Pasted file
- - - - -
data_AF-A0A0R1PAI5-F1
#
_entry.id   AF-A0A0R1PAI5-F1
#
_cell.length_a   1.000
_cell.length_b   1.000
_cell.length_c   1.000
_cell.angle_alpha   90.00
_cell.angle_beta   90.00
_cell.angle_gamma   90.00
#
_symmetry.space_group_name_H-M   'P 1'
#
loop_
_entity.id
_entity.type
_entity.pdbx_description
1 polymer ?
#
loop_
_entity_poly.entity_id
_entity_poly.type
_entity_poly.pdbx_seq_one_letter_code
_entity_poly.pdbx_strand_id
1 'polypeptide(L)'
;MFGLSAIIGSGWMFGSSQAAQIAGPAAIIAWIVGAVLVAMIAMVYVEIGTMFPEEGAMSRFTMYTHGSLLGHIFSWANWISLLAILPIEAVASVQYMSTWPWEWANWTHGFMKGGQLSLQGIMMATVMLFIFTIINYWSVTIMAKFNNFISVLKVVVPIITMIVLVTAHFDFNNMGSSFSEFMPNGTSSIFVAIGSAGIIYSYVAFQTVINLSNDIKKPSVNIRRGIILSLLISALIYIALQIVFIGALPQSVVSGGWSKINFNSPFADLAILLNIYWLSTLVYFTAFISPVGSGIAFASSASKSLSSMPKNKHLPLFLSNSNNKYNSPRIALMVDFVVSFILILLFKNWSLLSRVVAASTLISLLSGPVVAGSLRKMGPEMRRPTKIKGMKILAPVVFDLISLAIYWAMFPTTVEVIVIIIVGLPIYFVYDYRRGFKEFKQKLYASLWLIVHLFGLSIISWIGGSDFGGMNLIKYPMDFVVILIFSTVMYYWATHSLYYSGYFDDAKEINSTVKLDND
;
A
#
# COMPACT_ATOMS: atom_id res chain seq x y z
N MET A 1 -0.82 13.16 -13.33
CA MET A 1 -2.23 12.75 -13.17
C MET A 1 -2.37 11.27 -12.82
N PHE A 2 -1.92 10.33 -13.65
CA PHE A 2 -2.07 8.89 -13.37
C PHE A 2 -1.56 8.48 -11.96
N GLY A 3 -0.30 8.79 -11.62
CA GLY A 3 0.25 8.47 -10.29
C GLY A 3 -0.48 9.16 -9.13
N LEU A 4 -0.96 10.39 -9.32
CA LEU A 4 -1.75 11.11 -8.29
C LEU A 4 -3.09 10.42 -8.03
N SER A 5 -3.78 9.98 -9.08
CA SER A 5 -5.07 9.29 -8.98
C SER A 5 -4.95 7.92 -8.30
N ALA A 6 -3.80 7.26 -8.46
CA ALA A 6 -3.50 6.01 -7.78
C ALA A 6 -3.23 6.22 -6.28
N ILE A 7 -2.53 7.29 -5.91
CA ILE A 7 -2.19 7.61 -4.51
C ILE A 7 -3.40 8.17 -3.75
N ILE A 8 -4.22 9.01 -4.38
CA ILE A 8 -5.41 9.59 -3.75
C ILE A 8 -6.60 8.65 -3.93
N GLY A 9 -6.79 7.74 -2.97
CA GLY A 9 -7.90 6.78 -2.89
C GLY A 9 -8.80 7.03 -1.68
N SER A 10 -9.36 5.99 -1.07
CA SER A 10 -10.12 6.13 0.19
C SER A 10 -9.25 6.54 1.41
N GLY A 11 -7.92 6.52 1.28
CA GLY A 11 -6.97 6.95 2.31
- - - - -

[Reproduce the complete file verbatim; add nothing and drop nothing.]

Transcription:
data_AF-A0A0R1PAI5-F1
#
_entry.id   AF-A0A0R1PAI5-F1
#
_cell.length_a   1.000
_cell.length_b   1.000
_cell.length_c   1.000
_cell.angle_alpha   90.00
_cell.angle_beta   90.00
_cell.angle_gamma   90.00
#
_symmetry.space_group_name_H-M   'P 1'
#
loop_
_entity.id
_entity.type
_entity.pdbx_description
1 polymer ?
#
loop_
_entity_poly.entity_id
_entity_poly.type
_entity_poly.pdbx_seq_one_letter_code
_entity_poly.pdbx_strand_id
1 'polypeptide(L)'
;MFGLSAIIGSGWMFGSSQAAQIAGPAAIIAWIVGAVLVAMIAMVYVEIGTMFPEEGAMSRFTMYTHGSLLGHIFSWANWISLLAILPIEAVASVQYMSTWPWEWANWTHGFMKGGQLSLQGIMMATVMLFIFTIINYWSVTIMAKFNNFISVLKVVVPIITMIVLVTAHFDFNNMGSSFSEFMPNGTSSIFVAIGSAGIIYSYVAFQTVINLSNDIKKPSVNIRRGIILSLLISALIYIALQIVFIGALPQSVVSGGWSKINFNSPFADLAILLNIYWLSTLVYFTAFISPVGSGIAFASSASKSLSSMPKNKHLPLFLSNSNNKYNSPRIALMVDFVVSFILILLFKNWSLLSRVVAASTLISLLSGPVVAGSLRKMGPEMRRPTKIKGMKILAPVVFDLISLAIYWAMFPTTVEVIVIIIVGLPIYFVYDYRRGFKEFKQKLYASLWLIVHLFGLSIISWIGGSDFGGMNLIKYPMDFVVILIFSTVMYYWATHSLYYSGYFDDAKEINSTVKLDND
;
A
#
# COMPACT_ATOMS: atom_id res chain seq x y z
N MET A 1 -0.82 13.16 -13.33
CA MET A 1 -2.23 12.75 -13.17
C MET A 1 -2.37 11.27 -12.82
N PHE A 2 -1.92 10.33 -13.65
CA PHE A 2 -2.07 8.89 -13.37
C PHE A 2 -1.56 8.48 -11.96
N GLY A 3 -0.30 8.79 -11.62
CA GLY A 3 0.25 8.47 -10.29
C GLY A 3 -0.48 9.16 -9.13
N LEU A 4 -0.96 10.39 -9.32
CA LEU A 4 -1.75 11.11 -8.29
C LEU A 4 -3.09 10.42 -8.03
N SER A 5 -3.78 9.98 -9.08
CA SER A 5 -5.07 9.29 -8.98
C SER A 5 -4.95 7.92 -8.30
N ALA A 6 -3.80 7.26 -8.46
CA ALA A 6 -3.50 6.01 -7.78
C ALA A 6 -3.23 6.22 -6.28
N ILE A 7 -2.53 7.29 -5.91
CA ILE A 7 -2.19 7.61 -4.51
C ILE A 7 -3.40 8.17 -3.75
N ILE A 8 -4.22 9.01 -4.38
CA ILE A 8 -5.41 9.59 -3.75
C ILE A 8 -6.60 8.65 -3.93
N GLY A 9 -6.79 7.74 -2.97
CA GLY A 9 -7.90 6.78 -2.89
C GLY A 9 -8.80 7.03 -1.68
N SER A 10 -9.36 5.99 -1.07
CA SER A 10 -10.12 6.13 0.19
C SER A 10 -9.25 6.54 1.41
N GLY A 11 -7.92 6.52 1.28
CA GLY A 11 -6.97 6.95 2.31